TooCompetitive2

I thought of this story because at one of the gyms where I currently work, they’re completing a challenge each month to complete 2018 reps of a different movement. January was burpees, and I think there were about a half-dozen members who completed them all! This month, it’s Calories on a bike or rower. Since I didn’t hop in last month on the burpee game, I figured as a coach I would hop in a lead by example to encourage others to participate. After a few days of rowing a bit and writing my score on the board, I realized that a few of us started to get a little bit competitive with each other. The first few days it was fun, and then I was reminded of the folks I saw a few years ago.

Let this be my official declaration to those of you who are in the friendly game with me:

I just want us to have fun. If you ever feel like you’re impacting your work, social/personal life, or health and stress levels just by trying to row more, let me know. I will gladly step back and bow out of the game! 

I say that kind of in jest, but still pretty serious. For me, I find rowing or biking a little more than I usually would to be a great way to burn off a few extra calories. It’s low impact, I can do it on my own, and at my convenience. So, while my goal is to “#BeLessFat” and allow myself to drink another beer or two on the weekends without feeling guilty, I know that some people get wayyyy too into the competitive spirit. Don’t allow me to fuel an unhealthy fire. I want to make your life better, not worse! Besides, at the current gymour competition isn’t even for most meters, it’s just to see if people can hit 2,018 in the month. Every meter above 2,018 is just icing on the cake! I’ll back out in a heartbeat if I need to, though.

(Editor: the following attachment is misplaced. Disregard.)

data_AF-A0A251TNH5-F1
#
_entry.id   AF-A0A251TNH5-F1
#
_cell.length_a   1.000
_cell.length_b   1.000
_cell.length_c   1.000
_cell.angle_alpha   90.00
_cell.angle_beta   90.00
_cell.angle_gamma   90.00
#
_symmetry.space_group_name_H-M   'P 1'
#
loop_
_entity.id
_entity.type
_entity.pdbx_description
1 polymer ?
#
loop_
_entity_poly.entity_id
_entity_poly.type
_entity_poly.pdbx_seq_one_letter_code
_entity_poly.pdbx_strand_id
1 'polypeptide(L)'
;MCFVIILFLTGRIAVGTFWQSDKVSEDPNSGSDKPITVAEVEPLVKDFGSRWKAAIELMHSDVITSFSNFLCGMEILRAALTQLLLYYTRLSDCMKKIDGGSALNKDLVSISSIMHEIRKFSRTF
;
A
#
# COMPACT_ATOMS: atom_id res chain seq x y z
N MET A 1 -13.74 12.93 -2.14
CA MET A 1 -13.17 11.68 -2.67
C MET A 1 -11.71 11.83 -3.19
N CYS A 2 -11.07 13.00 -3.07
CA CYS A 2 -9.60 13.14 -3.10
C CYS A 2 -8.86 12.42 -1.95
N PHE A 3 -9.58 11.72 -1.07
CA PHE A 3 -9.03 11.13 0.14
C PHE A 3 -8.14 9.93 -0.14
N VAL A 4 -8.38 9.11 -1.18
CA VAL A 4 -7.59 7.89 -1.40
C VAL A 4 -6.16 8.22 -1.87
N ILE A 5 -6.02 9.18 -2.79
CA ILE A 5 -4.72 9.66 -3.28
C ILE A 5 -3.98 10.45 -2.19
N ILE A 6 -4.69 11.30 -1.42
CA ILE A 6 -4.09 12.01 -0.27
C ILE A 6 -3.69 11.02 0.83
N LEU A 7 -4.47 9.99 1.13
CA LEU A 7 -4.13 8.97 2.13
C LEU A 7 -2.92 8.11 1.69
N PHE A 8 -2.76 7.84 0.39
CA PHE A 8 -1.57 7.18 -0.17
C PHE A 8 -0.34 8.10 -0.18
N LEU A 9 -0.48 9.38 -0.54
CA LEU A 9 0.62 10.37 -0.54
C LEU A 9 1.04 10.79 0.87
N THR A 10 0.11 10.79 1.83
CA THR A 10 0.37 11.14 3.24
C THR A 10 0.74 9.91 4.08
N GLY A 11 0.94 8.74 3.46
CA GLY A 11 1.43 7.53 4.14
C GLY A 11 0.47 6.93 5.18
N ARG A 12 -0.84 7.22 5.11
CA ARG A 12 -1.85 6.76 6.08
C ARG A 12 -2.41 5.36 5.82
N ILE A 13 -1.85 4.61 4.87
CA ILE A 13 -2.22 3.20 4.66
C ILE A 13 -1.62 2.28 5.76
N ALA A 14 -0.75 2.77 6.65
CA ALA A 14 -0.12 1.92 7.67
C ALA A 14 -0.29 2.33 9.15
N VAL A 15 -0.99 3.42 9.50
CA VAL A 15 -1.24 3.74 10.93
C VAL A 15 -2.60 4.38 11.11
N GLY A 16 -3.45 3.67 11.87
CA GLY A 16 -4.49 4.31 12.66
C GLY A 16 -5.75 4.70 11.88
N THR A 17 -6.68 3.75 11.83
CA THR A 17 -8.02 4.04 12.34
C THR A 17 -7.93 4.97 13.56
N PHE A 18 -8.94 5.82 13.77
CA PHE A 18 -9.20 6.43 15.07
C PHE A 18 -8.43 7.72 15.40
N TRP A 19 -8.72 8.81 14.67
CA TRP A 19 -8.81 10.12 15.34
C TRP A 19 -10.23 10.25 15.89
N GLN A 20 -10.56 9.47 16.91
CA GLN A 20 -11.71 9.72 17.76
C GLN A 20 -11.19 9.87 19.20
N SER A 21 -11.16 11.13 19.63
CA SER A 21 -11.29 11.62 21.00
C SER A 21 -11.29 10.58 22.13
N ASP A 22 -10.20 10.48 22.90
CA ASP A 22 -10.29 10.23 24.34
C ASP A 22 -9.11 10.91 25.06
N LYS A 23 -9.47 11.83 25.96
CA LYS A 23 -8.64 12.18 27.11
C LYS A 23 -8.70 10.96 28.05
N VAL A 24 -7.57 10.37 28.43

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If you can keep it all in perspective, though, game on. Today I rowed an extra 4,000 meters at a comfortable pace while watching a live video of my favorite Dj, and my heart rate was low the entire time. It was just some nice active recovery, and it felt awesome!

While I’ll be the first to admit that I’m really competitive, I rarely let that get in the way of my own health. Sadly, though, I know a lot of people who can’t safely make that distinction. Did rowing alone lead to adrenal fatigue? Of course not. But putting  one’s body through that much unnecessary stress for that many days in a row, certainly didn’t help! Story one was about a competition that went awry. Story two is about a challenge to hit 2,018 meters. The point is, saying, “It’s not a competition,” is great, but we all know that to some people… everything is a competition! If all else fails and your brain won’t let your body stop pushing, remember that it’s only a game. And none of it matters. Train smart, friends.